After lunch was finished, we paused for pictures with Tomás and his daughter Marielle on his left, who is visiting from Puno where she’s in her 2nd year of college. The other ladies are relatives who live nearby and have come by to help Tomás with his visitors. They showed off some of their crafts of colorfully embroidered fabric, knitted hats and loom weaving. I felt someone plunk one of those hats on my head. Clearly it was my turn to try one. Is it my imagination? Or do they really look look better on the ladies that made them instead of gringos like us?
Despite our promise of sorts to help Tomás with some farm chores after lunch, time restraints forced us to head back to the boat. So he grabbed his hand tool and went to work just to show us what a backbreaking job it is. Maybe it’s just as well all us 60-something gringos were spared by our hectic schedule. Just walking back down to the boat would prove to be a big enough job.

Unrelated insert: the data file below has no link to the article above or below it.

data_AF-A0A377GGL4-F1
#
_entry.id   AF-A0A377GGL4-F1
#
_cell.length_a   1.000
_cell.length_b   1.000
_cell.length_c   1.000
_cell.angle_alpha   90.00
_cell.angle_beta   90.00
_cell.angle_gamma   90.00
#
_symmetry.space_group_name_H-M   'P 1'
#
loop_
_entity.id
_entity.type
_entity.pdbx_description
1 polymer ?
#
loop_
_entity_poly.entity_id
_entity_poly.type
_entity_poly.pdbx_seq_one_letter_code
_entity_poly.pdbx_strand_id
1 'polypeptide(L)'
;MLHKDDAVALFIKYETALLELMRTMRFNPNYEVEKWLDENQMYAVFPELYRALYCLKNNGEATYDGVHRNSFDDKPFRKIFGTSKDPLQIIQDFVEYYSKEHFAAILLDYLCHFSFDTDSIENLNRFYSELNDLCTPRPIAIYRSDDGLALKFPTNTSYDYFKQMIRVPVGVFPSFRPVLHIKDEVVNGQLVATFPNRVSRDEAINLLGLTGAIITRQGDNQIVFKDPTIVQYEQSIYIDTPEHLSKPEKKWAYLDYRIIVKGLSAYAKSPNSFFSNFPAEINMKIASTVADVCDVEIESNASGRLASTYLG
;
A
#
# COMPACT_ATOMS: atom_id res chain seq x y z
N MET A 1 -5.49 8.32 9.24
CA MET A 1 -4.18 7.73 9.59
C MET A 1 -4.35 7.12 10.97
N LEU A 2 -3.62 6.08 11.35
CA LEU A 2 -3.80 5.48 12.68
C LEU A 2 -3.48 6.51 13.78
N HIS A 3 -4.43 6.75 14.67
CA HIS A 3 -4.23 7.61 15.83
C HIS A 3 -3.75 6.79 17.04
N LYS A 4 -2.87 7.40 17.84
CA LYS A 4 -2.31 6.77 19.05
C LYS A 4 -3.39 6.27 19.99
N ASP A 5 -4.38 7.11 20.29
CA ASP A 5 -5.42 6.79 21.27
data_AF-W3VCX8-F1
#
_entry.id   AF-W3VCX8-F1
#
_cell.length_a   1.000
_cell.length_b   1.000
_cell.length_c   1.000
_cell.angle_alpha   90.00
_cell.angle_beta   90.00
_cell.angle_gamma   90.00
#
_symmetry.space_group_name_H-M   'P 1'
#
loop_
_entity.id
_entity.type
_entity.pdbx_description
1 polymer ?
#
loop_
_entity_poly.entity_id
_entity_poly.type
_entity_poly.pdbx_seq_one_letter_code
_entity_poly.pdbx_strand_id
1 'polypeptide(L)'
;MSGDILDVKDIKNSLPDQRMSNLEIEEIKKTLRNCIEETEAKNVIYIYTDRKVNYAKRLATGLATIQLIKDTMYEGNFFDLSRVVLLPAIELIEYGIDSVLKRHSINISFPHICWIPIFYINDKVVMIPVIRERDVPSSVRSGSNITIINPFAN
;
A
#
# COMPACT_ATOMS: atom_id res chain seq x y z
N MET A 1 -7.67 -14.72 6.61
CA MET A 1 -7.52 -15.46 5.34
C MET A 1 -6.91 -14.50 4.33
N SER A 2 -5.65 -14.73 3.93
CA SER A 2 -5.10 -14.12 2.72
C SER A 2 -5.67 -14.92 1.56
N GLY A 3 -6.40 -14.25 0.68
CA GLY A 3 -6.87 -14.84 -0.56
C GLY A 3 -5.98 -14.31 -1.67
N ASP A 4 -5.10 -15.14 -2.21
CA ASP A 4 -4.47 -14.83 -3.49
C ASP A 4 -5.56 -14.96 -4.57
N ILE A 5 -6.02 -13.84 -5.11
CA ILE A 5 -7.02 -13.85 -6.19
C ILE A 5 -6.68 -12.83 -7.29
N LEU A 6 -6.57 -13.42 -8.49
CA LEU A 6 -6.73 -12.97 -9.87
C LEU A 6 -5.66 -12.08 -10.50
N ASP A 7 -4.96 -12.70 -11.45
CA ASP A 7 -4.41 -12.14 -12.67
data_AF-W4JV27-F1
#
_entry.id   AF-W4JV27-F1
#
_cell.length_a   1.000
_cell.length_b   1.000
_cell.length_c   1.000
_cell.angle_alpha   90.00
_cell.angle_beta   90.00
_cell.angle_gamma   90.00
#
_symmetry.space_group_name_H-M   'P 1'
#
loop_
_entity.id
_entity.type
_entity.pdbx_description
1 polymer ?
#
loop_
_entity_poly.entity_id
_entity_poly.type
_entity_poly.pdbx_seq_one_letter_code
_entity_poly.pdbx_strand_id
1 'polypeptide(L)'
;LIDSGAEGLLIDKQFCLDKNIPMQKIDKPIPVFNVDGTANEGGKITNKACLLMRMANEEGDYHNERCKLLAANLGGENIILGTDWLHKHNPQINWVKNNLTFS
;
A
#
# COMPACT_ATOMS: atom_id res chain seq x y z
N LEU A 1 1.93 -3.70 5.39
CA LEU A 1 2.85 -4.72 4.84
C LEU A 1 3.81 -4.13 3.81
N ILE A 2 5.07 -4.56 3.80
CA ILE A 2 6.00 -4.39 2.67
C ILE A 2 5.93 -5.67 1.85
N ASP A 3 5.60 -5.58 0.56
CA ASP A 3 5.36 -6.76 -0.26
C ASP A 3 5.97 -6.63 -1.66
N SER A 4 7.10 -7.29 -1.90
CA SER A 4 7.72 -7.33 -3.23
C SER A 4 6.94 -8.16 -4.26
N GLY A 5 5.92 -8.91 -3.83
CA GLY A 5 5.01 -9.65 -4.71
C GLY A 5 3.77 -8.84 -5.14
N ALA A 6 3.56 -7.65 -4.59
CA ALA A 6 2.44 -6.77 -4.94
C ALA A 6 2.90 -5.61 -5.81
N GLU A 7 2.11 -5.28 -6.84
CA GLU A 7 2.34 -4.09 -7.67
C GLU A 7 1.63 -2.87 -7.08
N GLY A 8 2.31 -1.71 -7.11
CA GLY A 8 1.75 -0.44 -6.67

Along the way it was obvious that what we were seeing was a typical day in the lives of the Llachon people. Tomás wasn’t the only community member working hard. This man is carrying a load of dried grasses for feeding livestock off-season and the cool temperatures suggested winter was on the way.
The walk back would be longer than the walk in, because the boat had moved down river so that we could walk through and observe the village on the way back. Most of the faster ones in the group went on quite far ahead, and others of us, including me, stayed behind to check on Robert (Mary’s husband) as we knew he was not feeling well and didn’t want him to feel he was slowing everyone up. Besides, it’s always best to go slower and take time to smell the flowers as you go. Or, in this case, the watercress patch. . .
. . .as well as checking the lay of the farm land and taking dozens of pictures as we walked. The terraced farm patches, the houses, the flowers growing wild, the stones, the red clay soil, offered such a textural and sensuous delight.